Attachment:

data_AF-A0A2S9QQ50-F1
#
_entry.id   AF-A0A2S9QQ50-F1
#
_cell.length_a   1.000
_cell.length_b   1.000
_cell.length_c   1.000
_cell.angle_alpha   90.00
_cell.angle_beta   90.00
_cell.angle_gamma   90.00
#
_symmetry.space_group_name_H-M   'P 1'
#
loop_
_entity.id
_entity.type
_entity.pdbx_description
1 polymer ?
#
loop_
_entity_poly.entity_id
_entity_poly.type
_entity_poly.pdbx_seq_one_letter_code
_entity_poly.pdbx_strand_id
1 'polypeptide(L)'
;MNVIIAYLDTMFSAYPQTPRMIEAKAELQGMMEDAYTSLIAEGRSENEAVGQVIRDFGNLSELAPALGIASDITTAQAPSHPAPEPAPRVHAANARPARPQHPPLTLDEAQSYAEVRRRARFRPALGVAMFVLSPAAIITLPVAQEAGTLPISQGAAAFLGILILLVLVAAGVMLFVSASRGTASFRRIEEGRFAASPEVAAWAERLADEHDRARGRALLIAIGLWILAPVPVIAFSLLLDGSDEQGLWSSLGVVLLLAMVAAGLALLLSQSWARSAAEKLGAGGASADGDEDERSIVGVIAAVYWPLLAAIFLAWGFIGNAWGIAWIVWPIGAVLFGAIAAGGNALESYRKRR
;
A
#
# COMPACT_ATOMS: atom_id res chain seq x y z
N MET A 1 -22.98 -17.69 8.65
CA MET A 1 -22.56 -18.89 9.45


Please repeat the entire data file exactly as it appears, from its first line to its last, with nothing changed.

data_AF-A0A2S9QQ50-F1
#
_entry.id   AF-A0A2S9QQ50-F1
#
_cell.length_a   1.000
_cell.length_b   1.000
_cell.length_c   1.000
_cell.angle_alpha   90.00
_cell.angle_beta   90.00
_cell.angle_gamma   90.00
#
_symmetry.space_group_name_H-M   'P 1'
#
loop_
_entity.id
_entity.type
_entity.pdbx_description
1 polymer ?
#
loop_
_entity_poly.entity_id
_entity_poly.type
_entity_poly.pdbx_seq_one_letter_code
_entity_poly.pdbx_strand_id
1 'polypeptide(L)'
;MNVIIAYLDTMFSAYPQTPRMIEAKAELQGMMEDAYTSLIAEGRSENEAVGQVIRDFGNLSELAPALGIASDITTAQAPSHPAPEPAPRVHAANARPARPQHPPLTLDEAQSYAEVRRRARFRPALGVAMFVLSPAAIITLPVAQEAGTLPISQGAAAFLGILILLVLVAAGVMLFVSASRGTASFRRIEEGRFAASPEVAAWAERLADEHDRARGRALLIAIGLWILAPVPVIAFSLLLDGSDEQGLWSSLGVVLLLAMVAAGLALLLSQSWARSAAEKLGAGGASADGDEDERSIVGVIAAVYWPLLAAIFLAWGFIGNAWGIAWIVWPIGAVLFGAIAAGGNALESYRKRR
;
A
#
# COMPACT_ATOMS: atom_id res chain seq x y z
N MET A 1 -22.98 -17.69 8.65
CA MET A 1 -22.56 -18.89 9.45